More disclosure, but still no explanation of union’s financial reporting

My column about lack of disclosure in the NZ Meat Workers Union accounts two weeks ago has provoked some interesting results, but so far no formal explanation of the union’s statutory financial reporting practice.


On the one hand I have been taken to task by Graham Cooke, Aotearoa Branch Secretary, for my failure to recognise accurately the nature of the ongoing dispute at CMP’s Marton plant – it’s not a strike, but a lockout – but no reference to the questions I raised. But on the other, I have received a copy of the Aotearoa Branch’s September management accounts which effectively cover the 12 month period 2010/11. The accounts were posted on AFFCO’s Feilding plant notice board or circulated to union members under the headline ‘Where are your union fees going?’ with a suggestion the union has some questions to answer.


These accounts absolutely confirm the point of my previous column – the branch figures are not consolidated into the national union’s accounts as legally required.


This will also be the case with the other branches of the national NZMWU. Therefore in practice there are substantial organisations, some or all with revenues well in excess of $1 million annually, which are not reporting their financial details to the Companies Office. For example Aotearoa branch received member contributions of $1.299 million and other income of $78.7k in its recent financial year, posting an end of year surplus of $111k. The capitation fee paid to the national union, in other words the fee per union member, appears as a one line expense item of $239.7k. Operating expenses for the branch totalled $1.267 million.


None of this is intended to suggest there is anything untoward in the Aotearoa branch management accounts which are prepared by reputable chartered accountants. The problem is solely with the lack of disclosure of its financial affairs by the NZMWU national union including all its branches. It’s certain the branches report separately to their individual membership bases which would give union members the opportunity to query how their union fees are being used.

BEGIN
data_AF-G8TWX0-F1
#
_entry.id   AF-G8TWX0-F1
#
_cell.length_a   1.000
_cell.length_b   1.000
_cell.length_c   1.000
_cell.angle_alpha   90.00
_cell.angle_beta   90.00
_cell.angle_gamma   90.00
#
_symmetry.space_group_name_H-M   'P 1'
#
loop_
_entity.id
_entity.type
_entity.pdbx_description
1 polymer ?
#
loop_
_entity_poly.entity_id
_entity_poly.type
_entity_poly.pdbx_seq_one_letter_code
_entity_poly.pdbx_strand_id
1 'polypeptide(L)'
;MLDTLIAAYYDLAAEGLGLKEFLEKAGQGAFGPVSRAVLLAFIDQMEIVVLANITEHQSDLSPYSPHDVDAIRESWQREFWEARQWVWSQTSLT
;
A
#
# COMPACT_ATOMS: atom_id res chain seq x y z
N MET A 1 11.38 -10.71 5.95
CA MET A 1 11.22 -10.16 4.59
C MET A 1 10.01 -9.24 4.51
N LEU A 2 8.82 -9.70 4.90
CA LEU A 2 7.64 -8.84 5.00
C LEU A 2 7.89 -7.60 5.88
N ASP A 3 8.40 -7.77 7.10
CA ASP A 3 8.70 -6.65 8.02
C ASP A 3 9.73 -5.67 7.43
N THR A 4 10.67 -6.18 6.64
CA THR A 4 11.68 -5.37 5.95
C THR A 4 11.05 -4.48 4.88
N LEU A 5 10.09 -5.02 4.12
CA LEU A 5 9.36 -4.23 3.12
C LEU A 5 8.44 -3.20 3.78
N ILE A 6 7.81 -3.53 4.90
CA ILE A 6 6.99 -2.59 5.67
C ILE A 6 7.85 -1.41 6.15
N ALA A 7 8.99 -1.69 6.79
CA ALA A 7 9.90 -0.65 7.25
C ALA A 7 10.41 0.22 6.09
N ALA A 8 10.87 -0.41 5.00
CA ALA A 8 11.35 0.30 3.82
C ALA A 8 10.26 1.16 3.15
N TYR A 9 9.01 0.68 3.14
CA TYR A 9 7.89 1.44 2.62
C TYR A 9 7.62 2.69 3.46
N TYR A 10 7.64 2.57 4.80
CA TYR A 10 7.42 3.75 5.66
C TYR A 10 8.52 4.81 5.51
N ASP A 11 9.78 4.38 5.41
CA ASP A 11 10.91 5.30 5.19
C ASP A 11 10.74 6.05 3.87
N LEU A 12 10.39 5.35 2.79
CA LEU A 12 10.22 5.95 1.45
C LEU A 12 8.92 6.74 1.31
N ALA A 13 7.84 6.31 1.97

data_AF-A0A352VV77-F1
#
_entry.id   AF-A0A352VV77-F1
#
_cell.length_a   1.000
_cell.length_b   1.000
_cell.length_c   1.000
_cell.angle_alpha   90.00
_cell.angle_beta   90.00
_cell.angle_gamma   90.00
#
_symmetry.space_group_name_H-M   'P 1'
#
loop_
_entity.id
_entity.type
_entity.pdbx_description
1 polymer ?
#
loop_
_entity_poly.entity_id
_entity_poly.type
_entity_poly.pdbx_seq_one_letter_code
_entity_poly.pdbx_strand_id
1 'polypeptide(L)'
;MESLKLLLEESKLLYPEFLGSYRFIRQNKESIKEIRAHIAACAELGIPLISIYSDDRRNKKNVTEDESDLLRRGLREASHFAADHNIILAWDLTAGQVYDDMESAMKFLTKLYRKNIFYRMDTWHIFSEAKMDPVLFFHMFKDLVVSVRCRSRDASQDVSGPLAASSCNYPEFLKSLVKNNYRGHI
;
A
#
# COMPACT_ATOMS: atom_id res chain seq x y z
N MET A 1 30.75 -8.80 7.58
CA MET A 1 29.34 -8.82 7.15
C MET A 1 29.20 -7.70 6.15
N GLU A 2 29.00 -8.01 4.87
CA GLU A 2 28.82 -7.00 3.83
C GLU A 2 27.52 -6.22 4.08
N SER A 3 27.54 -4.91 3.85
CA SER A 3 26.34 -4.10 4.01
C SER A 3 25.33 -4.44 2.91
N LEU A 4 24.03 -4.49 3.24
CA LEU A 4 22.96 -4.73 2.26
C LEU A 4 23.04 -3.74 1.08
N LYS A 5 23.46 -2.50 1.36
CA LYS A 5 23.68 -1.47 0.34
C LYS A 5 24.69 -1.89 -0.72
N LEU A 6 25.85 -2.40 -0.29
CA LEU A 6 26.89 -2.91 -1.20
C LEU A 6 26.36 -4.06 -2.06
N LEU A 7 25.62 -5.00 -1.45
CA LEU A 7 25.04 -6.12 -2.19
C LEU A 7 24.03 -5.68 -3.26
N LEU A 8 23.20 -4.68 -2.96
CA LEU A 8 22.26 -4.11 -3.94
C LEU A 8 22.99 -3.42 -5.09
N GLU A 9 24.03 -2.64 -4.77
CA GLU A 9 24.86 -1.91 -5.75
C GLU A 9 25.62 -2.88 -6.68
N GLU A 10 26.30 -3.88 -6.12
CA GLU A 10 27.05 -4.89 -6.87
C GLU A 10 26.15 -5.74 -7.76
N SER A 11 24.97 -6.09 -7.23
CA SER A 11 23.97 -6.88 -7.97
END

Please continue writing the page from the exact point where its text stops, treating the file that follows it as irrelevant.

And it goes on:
This should mean the management reports made available to the union members at AFFCO Manawatu contain no surprises and it’s quite possible their union doesn’t have any questions to answer. After all the Aotearoa branch represents workers at 50 separate sites throughout the North Island requiring a significant overhead structure to service. However members may wish to query annual salaries of $374k, vehicle expenses of $62k and various other significant executive related expense items.


The other item of interest is the net asset figure of $1 million, although this is not much different from the net asset position reported in the 2005 annual report before the Aotearoa union became a branch of the national union. In that year, assets mostly consisted of a term deposit which earned nearly $60k of interest on which tax was payable. In last year’s NZMWU accounts, the national union as a whole reported a similar level of current assets with only $24k of interest received and $6.5k tax. Clearly interest rates are now much lower than six years ago, but the obvious question is whether the failure to consolidate branch assets and interest income is leading to non-reporting and consequently income tax avoidance.


Graham Cooke’s reply accuses me and my 1980s AFFCO colleagues (I joined AFFCO in 1992) of “continuing to strategise and develop the demise of this union” within AFFCO and South Pacific Meats, calling my previous column “a load of hogs..t.” I would like to assure Graham I personally have never tried to bring about his union’s demise, because I am fully supportive of employees’ rights to union representation if they desire it. But I am also strongly of the opinion a union, like any other incorporated society which charges fees to its members in return for provision of services or facilities, has an obligation to comply with all its legal obligations.


The simplest way to clear up this particular situation would be for the NZMWU and its auditors to review their financial reporting practice and advise how they believe it meets the stipulations of the Incorporated Societies Act (1908) and Generally Accepted Accounting Practice.



As referred to earlier, I mistakenly referred to the lockout at CMP Marton as a strike, for which I apologise unreservedly to the affected workforce and union representatives.


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One Response to “More disclosure, but still no explanation of union’s financial reporting”

  1. Linda Cochrane Says:

    I really appreciate your post and you explain each and every point very well.Thanks for sharing this information.And I’ll love to read your next post too.
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